Open Access

Cost analysis of plasma exchange therapy for the treatment of Guillain-Barre syndrome

  • Arpan Guha1
Critical Care20003:6519

https://doi.org/10.1186/ccf-2000-6519

Published: 11 October 2000

Keywords

Cost-effectivenessGuillain-Barre syndromeplasma exchange therapy

Comments

Acute post-infective polyneuropathy or Guillain-Barre Syndrome remains one of the main reasons for acute neurological admission, and a significant proportion of these patients are admitted to the intensive care (ICU) environment, primarily because of ventilatory failure. The polyneuropathy is mainly motor, and paralysis is often progressive and ascending. Improvement in motor function can be a slow process, especially in the severe (mechanically ventilated) group. This has obvious implications on hospital resources at a time when it is becoming commonplace in several countries to justify medical interventions, not only in terms of clinical outcome, but also in terms of cost-effectiveness. The treatment of Guillain-Barre syndrome remains based on plasma exchange (PE) therapy and immunoglobulin administration, although supportive therapy, especially for respiratory muscle paralysis, is probably most important. The French Co-operative Group on Plasma Exchange in Guillain-Barre syndrome has been publishing its results since the mid-1980s, and a more recent study in 1997 (see Additional information) showed a definite improvement in outcome in terms of shorter hospital stay and better motor improvement at 1 year with PE, and indeed could recommend the number of PEs that were likely to be of use in mild, moderate and severe cases of the disease. The present paper comprehensively analyses the cost-effectiveness of the treatment schedule, and shows that least expensive strategies are either more or equally efficient as more expensive ones.

Introduction

The efficacy of PE therapy in Guillain-Barre syndrome has been demonstrated previously. A large (n = 556) randomised controlled multicentre study by the same group (see Additional information) defined the number of PEs needed in the management of the disease. In the 'Mild' (could walk but could not run) group, it was shown that two PEs lead to motor recovery in 4 days compared to 8 days in the 'no PE' group. In the 'Moderate' (could not stand unaided) group, the 4 PEs group walked earlier with assistance when compared with the 2 PEs group. In the 'Severe' (mechanically ventilated) group there was no difference in return to walking with assistance when 6 PEs were compared to 4 PEs.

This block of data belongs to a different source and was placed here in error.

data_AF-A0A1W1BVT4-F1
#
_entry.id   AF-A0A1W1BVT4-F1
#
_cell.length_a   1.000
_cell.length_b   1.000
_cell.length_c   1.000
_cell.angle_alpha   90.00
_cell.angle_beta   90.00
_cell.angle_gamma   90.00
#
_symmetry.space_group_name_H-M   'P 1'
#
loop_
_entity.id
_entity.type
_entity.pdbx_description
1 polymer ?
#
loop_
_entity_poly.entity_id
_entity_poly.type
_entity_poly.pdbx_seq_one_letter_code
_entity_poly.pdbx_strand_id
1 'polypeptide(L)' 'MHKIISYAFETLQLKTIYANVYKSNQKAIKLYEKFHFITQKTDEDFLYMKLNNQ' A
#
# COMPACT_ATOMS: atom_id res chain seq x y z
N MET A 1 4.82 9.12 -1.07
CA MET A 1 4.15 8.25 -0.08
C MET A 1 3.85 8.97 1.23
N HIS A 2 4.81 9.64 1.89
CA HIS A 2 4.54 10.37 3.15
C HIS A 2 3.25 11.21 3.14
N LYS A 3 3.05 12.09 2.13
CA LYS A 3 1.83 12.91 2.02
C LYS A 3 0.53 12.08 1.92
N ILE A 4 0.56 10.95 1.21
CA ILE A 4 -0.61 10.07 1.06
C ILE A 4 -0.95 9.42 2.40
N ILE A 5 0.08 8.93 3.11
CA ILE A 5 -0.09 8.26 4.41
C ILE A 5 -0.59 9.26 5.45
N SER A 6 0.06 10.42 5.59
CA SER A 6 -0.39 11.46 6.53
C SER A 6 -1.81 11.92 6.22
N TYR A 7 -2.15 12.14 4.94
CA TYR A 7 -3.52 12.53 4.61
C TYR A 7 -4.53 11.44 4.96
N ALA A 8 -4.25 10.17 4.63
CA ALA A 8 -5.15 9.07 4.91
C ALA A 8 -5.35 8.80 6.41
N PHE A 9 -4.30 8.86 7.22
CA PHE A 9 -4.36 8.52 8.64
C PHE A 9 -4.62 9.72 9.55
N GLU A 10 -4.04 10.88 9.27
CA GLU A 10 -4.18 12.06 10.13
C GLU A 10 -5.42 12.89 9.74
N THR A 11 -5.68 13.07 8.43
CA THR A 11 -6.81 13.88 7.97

Methods

  • An economic study using data from 546 patients enrolled in the French Cooperative Group trial

  • PE therapy began on the day of randomisation and was repeated every second day. Each session consisted of 1.5 plasma volumes. The replacement fluid consisted of equal amounts of gelatin and 4% albumin solutions

  • Follow up was after 1 year. Time to walking with assistance was the endpoint

  • The proportion of patients attaining full muscle strength of four limbs and cranial nerve function were also analysed

  • Data on resource use consisted of length of hospital (ICU and otherwise) stay, number of PE sessions, days of rehabilitation, follow-up visits and tests and number of workdays lost

  • Costs converted to Euros

Results

The unit cost of PE was 500 Euros. The unit cost of an ICU stay was 949 Euros; stay in neurology and rehabilitation wards cost 623 Euros and 375 Euros per unit, respectively. One year ambulatory costs varied from 720-6224 Euros according to patient. Healthcare data costs (initial admission, treatments, complications, 1 year follow-up) were also computed. Total costs for 2 PEs and 0 PE were 21353 Euros and 38753 Euros respectively for the mild group, for 4 PE and 2 PE were 59480 Euros and 80737 Euros respectively for the moderate group, for 4PE and 6 PE were 57621 Euros and 61056 Euros respectively for the severe group. Quicker time to recovery and shorter hospital stay with better outcomes at 1 year follow-up shows that treatment with PE therapy at the onset of all forms Guillain-Barre syndrome had excellent financial justification, and more importantly, positively correlated with the treatment strategy defined by the group.

Additional information

Appropriate number of plasma exchanges in Guillain-Barre syndrome. The French Cooperative Group on Plasma Exchange in Guillain-Barre Syndrome. Ann Neurol 1997, 41:298-306.

Authors’ Affiliations

(1)
University Hospital Aintree

References

  1. Esperou H, Jars-Guincestre MC, Raphael JC, Bolgart F, Bolgart F : Cost analysis of plasma exchange therapy for the treatment of Guillain-Barre syndrome. Intensive Care Med. 2000, 26: 1094-1100.PubMedView ArticleGoogle Scholar

Copyright

© Current Science Ltd 2000

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